Solution Science for Research and Industry

Posts tagged “measurement

Next week we’re at EUCAS in Glasgow with Lake Shore Cryotronics

EUCAS logoThe European Conference on Applied Superconductivity (EUCAS) comes to Glasgow next week, running from the 1st to the 5th of September.

Lake Shore Cryotronics are exhibiting from Monday the 2nd., and Elliot Scientific will be supporting them in demonstrating their range of sensors and instruments for cryogenic temperature measurement and control.

The conference and exhibition will be taking place at the Scottish Event Campus (SEC) on Exhibition Way.

 


Modular fibre-optic temperature measurement via new Rugged Monitoring R501 (Video)

The Rugged Monitoring portfolio of fibre-optic temperature monitors continues to expand. Their latest addition, the R501 chassis, accepts a range of I/O modules for real-time monitoring of up to 256 fibre-optic and other sensors for measurement of temperature, pressure, AC current, AC voltage, DC current, DC voltage and more. It supports both rack mount and distributed installation.

It has been developed to offer an upgradeable and flexible solution for the changing needs of customers, and a short video presentation on it is below.

The fibre-optic enabled modules and other I/O modules use the Dinrail mount, and can be daisy chained to the central CPU module, communicating over CANBUS/MODBUS. Distributed modules can also be directly connected to a datalogger, for example CAN-Logger, while Rugged Connect is an advanced software package available for data visualisation, configuration and reporting.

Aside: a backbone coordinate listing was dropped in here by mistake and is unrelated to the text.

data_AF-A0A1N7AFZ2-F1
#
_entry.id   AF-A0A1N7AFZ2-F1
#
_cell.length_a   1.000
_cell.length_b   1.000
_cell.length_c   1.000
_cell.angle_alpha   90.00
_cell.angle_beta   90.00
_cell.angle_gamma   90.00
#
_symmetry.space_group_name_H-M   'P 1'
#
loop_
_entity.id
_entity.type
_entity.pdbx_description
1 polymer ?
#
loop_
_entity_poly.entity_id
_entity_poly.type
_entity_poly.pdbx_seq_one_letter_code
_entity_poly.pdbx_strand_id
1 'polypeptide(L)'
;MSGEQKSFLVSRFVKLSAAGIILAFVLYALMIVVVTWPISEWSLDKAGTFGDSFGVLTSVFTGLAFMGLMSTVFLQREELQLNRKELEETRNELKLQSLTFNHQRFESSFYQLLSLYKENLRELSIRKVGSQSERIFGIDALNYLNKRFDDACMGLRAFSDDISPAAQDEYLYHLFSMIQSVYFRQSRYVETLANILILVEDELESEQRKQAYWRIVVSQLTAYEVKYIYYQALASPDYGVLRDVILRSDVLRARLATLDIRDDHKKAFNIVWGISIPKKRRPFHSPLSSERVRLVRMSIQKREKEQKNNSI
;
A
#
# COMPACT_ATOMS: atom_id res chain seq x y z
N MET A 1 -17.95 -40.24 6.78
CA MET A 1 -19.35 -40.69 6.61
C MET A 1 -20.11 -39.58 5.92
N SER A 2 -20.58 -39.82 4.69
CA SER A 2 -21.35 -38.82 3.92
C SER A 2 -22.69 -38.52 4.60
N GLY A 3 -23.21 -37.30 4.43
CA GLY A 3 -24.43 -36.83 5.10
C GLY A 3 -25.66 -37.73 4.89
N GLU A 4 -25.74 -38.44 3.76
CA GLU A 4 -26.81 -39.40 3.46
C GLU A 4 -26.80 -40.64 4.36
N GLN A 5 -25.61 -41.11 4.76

Like other Rugged products, the R501 can be used in a wide range of applications. These are not limited to Aviation, Automotive, Cryogenic, Battery Bank/Racks, Medical, Semiconductor, Utility, and R&D. It’s wide measuring range (-271 °C to +300 °C), high precision and complete immunity to RFI, EMI, microwave radiation, and high voltages make it an obvious choice for temperature measurement in extreme conditions.

For more information, please contact us.


June 2019 newsletter now online

June 2019 NewsletterThe Elliot Scientific June 2019 Newsletter: In this issue we welcome nPoint and their range of piezo-actuated nanopositioning flexure stages, and Microscope Heaters who do what it says on their tin – heat microscopes with fanless incubation systems. We also announce that our Optical Tweezer systems now come with Microsoft’s Windows 10, and that EXFO have launched the Optical Xplorer – the world’s first OFM. Plus Laser World of Photonics in Munich next week and a whole host of materials science and microscopy trade shows coming up next month.

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April 2019 newsletter now online

April 2019 NewsletterThe Elliot Scientific April 2019 Newsletter: In this issue Gamma Scientific introduce a motorised iris for the RS-7 SpectralLED tuneable light source, Lake Shore manage to go low with calibrated Ruthenium Oxide temperature sensors for extreme cryogenic measurements, Siskiyou make mounts movable from above for those tricky optical breadboard set-ups, and we announce that our Applications section packed with useful information for scientists is now live, plus Focus on Microscopy 2019 in Westminster next week.